Policy Incentives for a Cleaner Supply Chain: The Case of Green Chemistry
Matus, Kira J. M., Journal of International Affairs
There is a great deal of interest in the development and deployment of green technologies and the actions required on the part of industry, academia, governments and civil society to drive them forward. This paper uses the case of green technology in the global chemical sector to better elucidate the challenges of implementation of innovations for sustainable development, to analyze which approaches have been effective, and to provide generalizable knowledge about the types of strategies required to move these technologies from niche applications into widespread use. For green chemistry, and innovations for sustainable development more generally, there is a need for greater public intervention, including regulatory regimes that are strictly enforced, investment in basic research and education to build human capacity, more outreach programs in collaboration with industry to aid with technology transfer and implementation, and economic incentives for firms that may have the desire but not the financial capacity to make use of these innovations. Voluntary collaborations and the influence of major supply chain actors, on their own, are not powerful enough to catalyze the increases in scale that are needed for a real transition to sustainability.
The past century has been an era of technological miracles. Advances in transportation, communications, agriculture and health have drastically improved the quality of life for billions of people around the globe. Malthusian predictions of exploding populations pushing the earth's resources to their limit have yet to materialize, thanks in part to the genius and dedication of generations of scientists, engineers, industrialists, entrepreneurs and public servants. (1) Still, many believe the planet is in a more precarious position today than ever before; population growth, while slowing, continues to put pressure on resources. (2) Increased standards of living compound these stressors as industrial activity intensifies to meet the growing demand for goods and services. Many technologies are a so-called double-edged sword, contributing to an overall improvement in quality of life while simultaneously degrading public health, deteriorating the environment and threatening the sustainability of resources. (3)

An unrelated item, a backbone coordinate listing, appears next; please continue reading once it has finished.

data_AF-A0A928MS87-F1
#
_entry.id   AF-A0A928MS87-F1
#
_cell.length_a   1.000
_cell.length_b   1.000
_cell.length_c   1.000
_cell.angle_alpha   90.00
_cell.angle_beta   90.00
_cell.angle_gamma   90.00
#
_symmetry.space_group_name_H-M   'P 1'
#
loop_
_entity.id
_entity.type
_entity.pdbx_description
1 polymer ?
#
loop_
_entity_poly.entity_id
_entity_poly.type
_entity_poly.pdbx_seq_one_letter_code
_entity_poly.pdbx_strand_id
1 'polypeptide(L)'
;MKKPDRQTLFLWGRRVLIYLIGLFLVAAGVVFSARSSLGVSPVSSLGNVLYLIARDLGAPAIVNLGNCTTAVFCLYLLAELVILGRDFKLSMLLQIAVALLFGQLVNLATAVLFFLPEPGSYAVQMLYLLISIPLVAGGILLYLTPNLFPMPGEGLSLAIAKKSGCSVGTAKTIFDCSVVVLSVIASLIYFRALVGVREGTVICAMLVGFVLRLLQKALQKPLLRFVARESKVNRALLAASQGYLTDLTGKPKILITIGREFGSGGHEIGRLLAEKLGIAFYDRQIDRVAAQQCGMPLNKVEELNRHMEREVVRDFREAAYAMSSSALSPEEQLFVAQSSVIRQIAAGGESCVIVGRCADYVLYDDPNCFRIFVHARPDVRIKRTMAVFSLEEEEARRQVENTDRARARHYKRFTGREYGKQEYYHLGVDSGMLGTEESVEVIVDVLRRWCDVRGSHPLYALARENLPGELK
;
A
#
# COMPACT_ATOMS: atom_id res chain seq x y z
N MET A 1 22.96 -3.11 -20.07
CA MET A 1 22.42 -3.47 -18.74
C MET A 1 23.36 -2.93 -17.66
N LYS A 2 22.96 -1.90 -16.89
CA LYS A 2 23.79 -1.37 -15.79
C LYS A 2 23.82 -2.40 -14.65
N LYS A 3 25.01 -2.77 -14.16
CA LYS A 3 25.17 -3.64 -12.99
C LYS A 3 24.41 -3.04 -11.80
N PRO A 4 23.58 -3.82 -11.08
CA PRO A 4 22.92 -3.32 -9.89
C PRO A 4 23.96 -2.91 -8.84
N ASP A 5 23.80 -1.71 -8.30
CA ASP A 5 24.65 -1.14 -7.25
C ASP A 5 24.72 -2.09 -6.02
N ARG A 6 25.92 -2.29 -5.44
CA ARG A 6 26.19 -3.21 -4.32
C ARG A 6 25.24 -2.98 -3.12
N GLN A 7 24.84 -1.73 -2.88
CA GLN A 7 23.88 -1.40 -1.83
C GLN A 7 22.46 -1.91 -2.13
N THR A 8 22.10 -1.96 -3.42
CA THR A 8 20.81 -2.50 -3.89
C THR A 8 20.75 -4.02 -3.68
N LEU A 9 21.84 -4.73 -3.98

One of the foremost technological challenges confronting the world today is the ability to sustain improvements in quality of life without permanently compromising the human and natural systems on which we rely. This is the underlying goal of sustainable development. (4) The transition to a more sustainable trajectory is complex and requires a variety of responses, but one critical element of a more sustainable future is that we continue to harness the power of innovation. While technological innovation is a source of many of the environmental challenges that we now face, it is an integral part of development. Technological advancement has not been without cost, but its benefits are undeniable. For example, it is unimaginable to envision returning to an era before modern medicine or high-yield agriculture. A return to pre-industrial society is, quite simply, no longer an option.
This means that our future technological trajectory has to not only increase benefits, but also reduce costs. In other words, we need innovation for sustainable development. Such innovations improve the quality of life through efficiency and performance improvements, while at the same time reducing negative impacts on humans and the environment. These innovations are more than just abatement technologies, like sulfur dioxide scrubbers or effluent treatment systems; environmental performance is inherent in their design via a systemic, life cycle approach to development, adoption and diffusion.